Pathé itself took a calculated risk, banking on the prestige of the project and the tour de force performance they expected from Meryl Streep, to generate enough pre-sales to eventually cover itself financially.

Every step of the way in the story of how The Iron Lady came to be made, we see how film producers used the rights derived from copyright strategically in order to transform a story and a creative vision into what eventually became an award-winning and commercially successful film.

2. The UK Copyright review – copyright as a driver for innovation

Over the past three years, IFTA has participated in successive Government consultations on the UK copyright framework. The Hargreaves review was a cause for concern for our industry as it appeared to have been built on the ideological preconception that copyright had become an obstacle to innovation and growth in the nascent online economy. Based on the detailed empirical evidence we are able to collect from our Member companies on the front line of the rights licensing economy, there is no significant corroboration for this conception of copyright as a barrier to digital business expansion. Of all the reasons why Internet start-ups may struggle to launch and/or survive in a cut-throat marketplace, allegedly onerous content or overly complex licensing requirements are seldom strategic. It would be neither fair nor effective to bring about new regulatory constraints on rights holders-or further limit exclusive rights so as to subsidize another sector of the economy, such as Internet start-ups.

IFTA believes that solutions to accessing content for online businesses lie in the market itself. And this market is changing at an unprecedented pace. Far from stifling innovation in the UK content marketplace, it appears strong copyright legislation has acted as a clear stimulant. In today’s online distribution of films, the UK has close on 50 different platforms and portals. These new players run the whole gamut of business models and technologies, from subscription VoD (LoveFilm, Sky), to individual downloads based on secure payments (iTunes, Sony) and advertising-supported platforms (Blinkbox).

The only clearly identifiable blockages in this nascent economy are not due to opaque licensing practices, but more simply to instances when rights holders and platforms find it difficult to agree on the terms of a license, including a price for the sought-after content. But the resolution of these tensions are typical of a new technology marketplace and should be left to market-driven negotiations. This tension in the supply and demand equation is present in other segments of the economy and the fact that some licensees find paying for content onerous and find the transaction costs high, do not make them objectively so.

As economic value from the exploitation of exclusive rights in film continues to migrate from packaged video (DVD/Blu Ray) towards the online VoD platforms, it is anticipated that meaningful revenues will be generated from these new forms of exploitation, that these revenues will become "bankable" in the context of pre-production financing and that the new online platforms will contribute effectively to defraying the considerable sunk costs (development, production and marketing) of a film’s manufacturing cycle-and that professional film production will remain sustainable. Thus, IFTA believes more time is needed for the marketplace to adapt and find its own solutions before considering any substantive change to UK law or regulation. Changing the regulatory parameters while this epochal transition is in process would risk throwing a vulnerable economic sector out of balance without bringing discernible benefits elsewhere.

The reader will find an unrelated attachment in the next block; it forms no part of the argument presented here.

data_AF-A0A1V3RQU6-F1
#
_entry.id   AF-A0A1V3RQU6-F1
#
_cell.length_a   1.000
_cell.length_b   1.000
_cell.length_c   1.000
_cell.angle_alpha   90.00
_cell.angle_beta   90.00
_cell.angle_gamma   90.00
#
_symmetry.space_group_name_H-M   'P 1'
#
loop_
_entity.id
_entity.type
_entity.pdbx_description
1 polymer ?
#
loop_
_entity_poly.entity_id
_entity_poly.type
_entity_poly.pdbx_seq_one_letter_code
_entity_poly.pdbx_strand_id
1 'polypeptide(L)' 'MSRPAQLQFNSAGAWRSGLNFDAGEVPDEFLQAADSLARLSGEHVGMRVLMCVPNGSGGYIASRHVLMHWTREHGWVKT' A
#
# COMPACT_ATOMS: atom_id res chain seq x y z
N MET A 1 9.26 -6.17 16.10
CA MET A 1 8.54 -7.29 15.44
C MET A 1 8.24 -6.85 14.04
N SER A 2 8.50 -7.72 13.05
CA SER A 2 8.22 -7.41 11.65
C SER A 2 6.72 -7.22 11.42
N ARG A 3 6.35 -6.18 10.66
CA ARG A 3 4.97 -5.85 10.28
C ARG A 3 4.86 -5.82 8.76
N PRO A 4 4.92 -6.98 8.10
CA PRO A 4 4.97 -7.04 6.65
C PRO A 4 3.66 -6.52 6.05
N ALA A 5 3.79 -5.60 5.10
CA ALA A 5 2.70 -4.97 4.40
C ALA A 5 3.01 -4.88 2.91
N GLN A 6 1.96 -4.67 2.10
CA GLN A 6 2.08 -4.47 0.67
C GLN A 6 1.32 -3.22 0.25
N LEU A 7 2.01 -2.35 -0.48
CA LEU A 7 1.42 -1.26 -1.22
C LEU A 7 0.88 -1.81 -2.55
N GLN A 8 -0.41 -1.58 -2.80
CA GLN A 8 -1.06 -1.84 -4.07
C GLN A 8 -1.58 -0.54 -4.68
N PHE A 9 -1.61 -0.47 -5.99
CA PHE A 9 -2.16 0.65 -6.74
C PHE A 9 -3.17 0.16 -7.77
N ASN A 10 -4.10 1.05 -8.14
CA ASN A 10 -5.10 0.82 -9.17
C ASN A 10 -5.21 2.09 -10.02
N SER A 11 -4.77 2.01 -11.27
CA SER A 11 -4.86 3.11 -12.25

2.1. UK Copyright Hub

IFTA has welcomed the outcome of Richard Hooper’s feasibility work on the creation of a UK Copyright Hub. We support the principle that this practical project be deployed on an opt-in, non-exclusive and pro-competitive basis. Above all, it is important that this initiative should steer clear of interposing itself between rights holders and platforms other than in cases where both sides would voluntarily choose to use the Hub as an intermediary under clearly defined terms. Although we are supportive, IFTA is aware of the fact that the type of licensing that the hub will hopefully facilitate will be of limited application to the independent film sector, due to the nature of the audiovisual product: copyrights and other underlying rights in each film generally end up under the direct control of the film’s producer or its assignees, thereby facilitating licensing of the content to distributors, broadcasters, online platforms, etc. This structure has served the sector well in the analogue era and it appears to be just as functional in the context of emergent digital platforms.

We note also that one of the intended uses of the Copyright Hub will be to serve the needs of libraries and archives. While IFTA supports the general principle, owing to the role of these institutions in serving the public interest, we note that our industry has had a long standing tradition of establishing voluntary agreements with film libraries and archives, with mutually agreeable dispositions to deal with issues such as digitisation, uses for research and study and inter-library loans. We believe the Hub should be designed with due flexibility so as not to disrupt or contradict such agreements where they exist.